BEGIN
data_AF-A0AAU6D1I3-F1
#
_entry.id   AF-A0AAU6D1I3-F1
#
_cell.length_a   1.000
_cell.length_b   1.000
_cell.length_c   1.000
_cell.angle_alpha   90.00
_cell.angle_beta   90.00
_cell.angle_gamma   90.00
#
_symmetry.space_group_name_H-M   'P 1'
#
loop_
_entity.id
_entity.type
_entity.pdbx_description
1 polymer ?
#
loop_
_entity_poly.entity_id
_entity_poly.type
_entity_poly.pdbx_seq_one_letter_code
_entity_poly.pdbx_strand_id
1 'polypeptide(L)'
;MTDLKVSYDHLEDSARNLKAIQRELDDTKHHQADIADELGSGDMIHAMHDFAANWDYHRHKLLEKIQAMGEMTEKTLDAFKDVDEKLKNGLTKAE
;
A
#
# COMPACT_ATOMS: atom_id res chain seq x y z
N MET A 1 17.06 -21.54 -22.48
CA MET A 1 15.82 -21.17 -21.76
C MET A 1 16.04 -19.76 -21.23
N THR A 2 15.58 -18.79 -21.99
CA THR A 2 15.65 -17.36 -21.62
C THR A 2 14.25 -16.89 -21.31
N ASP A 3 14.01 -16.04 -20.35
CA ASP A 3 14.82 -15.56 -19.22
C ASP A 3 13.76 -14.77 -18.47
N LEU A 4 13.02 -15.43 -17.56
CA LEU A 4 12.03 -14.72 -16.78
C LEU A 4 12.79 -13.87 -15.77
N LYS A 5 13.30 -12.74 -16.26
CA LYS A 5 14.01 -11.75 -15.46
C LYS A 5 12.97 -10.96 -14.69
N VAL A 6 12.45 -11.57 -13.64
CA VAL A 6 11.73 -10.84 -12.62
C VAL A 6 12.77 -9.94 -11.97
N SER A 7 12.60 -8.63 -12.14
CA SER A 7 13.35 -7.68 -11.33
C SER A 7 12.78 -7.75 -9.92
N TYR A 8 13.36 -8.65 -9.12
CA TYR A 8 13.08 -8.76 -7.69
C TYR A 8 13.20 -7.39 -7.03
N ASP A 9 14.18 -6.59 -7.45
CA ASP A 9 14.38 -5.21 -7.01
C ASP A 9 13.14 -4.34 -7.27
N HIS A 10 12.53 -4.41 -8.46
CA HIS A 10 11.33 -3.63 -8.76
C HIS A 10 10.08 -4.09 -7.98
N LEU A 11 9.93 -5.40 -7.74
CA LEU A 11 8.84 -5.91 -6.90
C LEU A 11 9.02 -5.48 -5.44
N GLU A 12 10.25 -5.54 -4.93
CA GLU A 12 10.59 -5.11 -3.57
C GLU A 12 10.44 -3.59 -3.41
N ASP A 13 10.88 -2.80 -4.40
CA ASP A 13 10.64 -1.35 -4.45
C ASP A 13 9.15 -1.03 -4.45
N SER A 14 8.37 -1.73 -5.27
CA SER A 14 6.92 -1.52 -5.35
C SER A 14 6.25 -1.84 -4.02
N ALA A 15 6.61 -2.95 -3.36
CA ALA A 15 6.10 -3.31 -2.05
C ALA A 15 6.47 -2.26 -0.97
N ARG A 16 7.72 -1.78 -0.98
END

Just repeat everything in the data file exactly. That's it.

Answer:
data_AF-A0AAU6D1I3-F1
#
_entry.id   AF-A0AAU6D1I3-F1
#
_cell.length_a   1.000
_cell.length_b   1.000
_cell.length_c   1.000
_cell.angle_alpha   90.00
_cell.angle_beta   90.00
_cell.angle_gamma   90.00
#
_symmetry.space_group_name_H-M   'P 1'
#
loop_
_entity.id
_entity.type
_entity.pdbx_description
1 polymer ?
#
loop_
_entity_poly.entity_id
_entity_poly.type
_entity_poly.pdbx_seq_one_letter_code
_entity_poly.pdbx_strand_id
1 'polypeptide(L)'
;MTDLKVSYDHLEDSARNLKAIQRELDDTKHHQADIADELGSGDMIHAMHDFAANWDYHRHKLLEKIQAMGEMTEKTLDAFKDVDEKLKNGLTKAE
;
A
#
# COMPACT_ATOMS: atom_id res chain seq x y z
N MET A 1 17.06 -21.54 -22.48
CA MET A 1 15.82 -21.17 -21.76
C MET A 1 16.04 -19.76 -21.23
N THR A 2 15.58 -18.79 -21.99
CA THR A 2 15.65 -17.36 -21.62
C THR A 2 14.25 -16.89 -21.31
N ASP A 3 14.01 -16.04 -20.35
CA ASP A 3 14.82 -15.56 -19.22
C ASP A 3 13.76 -14.77 -18.47
N LEU A 4 13.02 -15.43 -17.56
CA LEU A 4 12.03 -14.72 -16.78
C LEU A 4 12.79 -13.87 -15.77
N LYS A 5 13.30 -12.74 -16.26
CA LYS A 5 14.01 -11.75 -15.46
C LYS A 5 12.97 -10.96 -14.69
N VAL A 6 12.45 -11.57 -13.64
CA VAL A 6 11.73 -10.84 -12.62
C VAL A 6 12.77 -9.94 -11.97
N SER A 7 12.60 -8.63 -12.14
CA SER A 7 13.35 -7.68 -11.33
C SER A 7 12.78 -7.75 -9.92
N TYR A 8 13.36 -8.65 -9.12
CA TYR A 8 13.08 -8.76 -7.69
C TYR A 8 13.20 -7.39 -7.03
N ASP A 9 14.18 -6.59 -7.45
CA ASP A 9 14.38 -5.21 -7.01
C ASP A 9 13.14 -4.34 -7.27
N HIS A 10 12.53 -4.41 -8.46
CA HIS A 10 11.33 -3.63 -8.76
C HIS A 10 10.08 -4.09 -7.98
N LEU A 11 9.93 -5.40 -7.74
CA LEU A 11 8.84 -5.91 -6.90
C LEU A 11 9.02 -5.48 -5.44
N GLU A 12 10.25 -5.54 -4.93
CA GLU A 12 10.59 -5.11 -3.57
C GLU A 12 10.44 -3.59 -3.41
N ASP A 13 10.88 -2.80 -4.40
CA ASP A 13 10.64 -1.35 -4.45
C ASP A 13 9.15 -1.03 -4.45
N SER A 14 8.37 -1.73 -5.27
CA SER A 14 6.92 -1.52 -5.35
C SER A 14 6.25 -1.84 -4.02
N ALA A 15 6.61 -2.95 -3.36
CA ALA A 15 6.10 -3.31 -2.05
C ALA A 15 6.47 -2.26 -0.97
N ARG A 16 7.72 -1.78 -0.98